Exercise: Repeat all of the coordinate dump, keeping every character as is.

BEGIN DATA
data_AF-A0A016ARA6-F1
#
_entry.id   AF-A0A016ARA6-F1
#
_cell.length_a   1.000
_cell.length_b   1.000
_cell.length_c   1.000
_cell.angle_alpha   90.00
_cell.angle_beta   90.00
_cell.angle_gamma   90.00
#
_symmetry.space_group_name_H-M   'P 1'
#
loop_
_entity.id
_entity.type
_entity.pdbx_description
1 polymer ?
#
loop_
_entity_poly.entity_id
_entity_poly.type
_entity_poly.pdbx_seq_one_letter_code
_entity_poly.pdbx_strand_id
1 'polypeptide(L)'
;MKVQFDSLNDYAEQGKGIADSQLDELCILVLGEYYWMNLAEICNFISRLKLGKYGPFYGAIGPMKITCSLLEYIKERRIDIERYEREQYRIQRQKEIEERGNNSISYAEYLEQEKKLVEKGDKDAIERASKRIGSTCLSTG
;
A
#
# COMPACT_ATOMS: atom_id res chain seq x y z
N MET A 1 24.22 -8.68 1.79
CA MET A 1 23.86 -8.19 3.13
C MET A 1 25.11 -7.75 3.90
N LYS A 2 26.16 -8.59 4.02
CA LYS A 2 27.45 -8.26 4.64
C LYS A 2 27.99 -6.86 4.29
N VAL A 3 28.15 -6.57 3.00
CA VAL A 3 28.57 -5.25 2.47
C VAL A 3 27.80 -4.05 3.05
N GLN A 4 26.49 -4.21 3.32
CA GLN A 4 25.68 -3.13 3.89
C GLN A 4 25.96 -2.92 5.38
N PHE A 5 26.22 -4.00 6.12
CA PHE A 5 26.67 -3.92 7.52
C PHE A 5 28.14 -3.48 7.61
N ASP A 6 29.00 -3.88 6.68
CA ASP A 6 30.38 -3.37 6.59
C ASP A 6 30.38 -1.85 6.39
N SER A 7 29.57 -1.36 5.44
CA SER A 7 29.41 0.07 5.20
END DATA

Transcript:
data_AF-A0A016ARA6-F1
#
_entry.id   AF-A0A016ARA6-F1
#
_cell.length_a   1.000
_cell.length_b   1.000
_cell.length_c   1.000
_cell.angle_alpha   90.00
_cell.angle_beta   90.00
_cell.angle_gamma   90.00
#
_symmetry.space_group_name_H-M   'P 1'
#
loop_
_entity.id
_entity.type
_entity.pdbx_description
1 polymer ?
#
loop_
_entity_poly.entity_id
_entity_poly.type
_entity_poly.pdbx_seq_one_letter_code
_entity_poly.pdbx_strand_id
1 'polypeptide(L)'
;MKVQFDSLNDYAEQGKGIADSQLDELCILVLGEYYWMNLAEICNFISRLKLGKYGPFYGAIGPMKITCSLLEYIKERRIDIERYEREQYRIQRQKEIEERGNNSISYAEYLEQEKKLVEKGDKDAIERASKRIGSTCLSTG
;
A
#
# COMPACT_ATOMS: atom_id res chain seq x y z
N MET A 1 24.22 -8.68 1.79
CA MET A 1 23.86 -8.19 3.13
C MET A 1 25.11 -7.75 3.90
N LYS A 2 26.16 -8.59 4.02
CA LYS A 2 27.45 -8.26 4.64
C LYS A 2 27.99 -6.86 4.29
N VAL A 3 28.15 -6.57 3.00
CA VAL A 3 28.57 -5.25 2.47
C VAL A 3 27.80 -4.05 3.05
N GLN A 4 26.49 -4.21 3.32
CA GLN A 4 25.68 -3.13 3.89
C GLN A 4 25.96 -2.92 5.38
N PHE A 5 26.22 -4.00 6.12
CA PHE A 5 26.67 -3.92 7.52
C PHE A 5 28.14 -3.48 7.61
N ASP A 6 29.00 -3.88 6.68
CA ASP A 6 30.38 -3.37 6.59
C ASP A 6 30.38 -1.85 6.39
N SER A 7 29.57 -1.36 5.44
CA SER A 7 29.41 0.07 5.20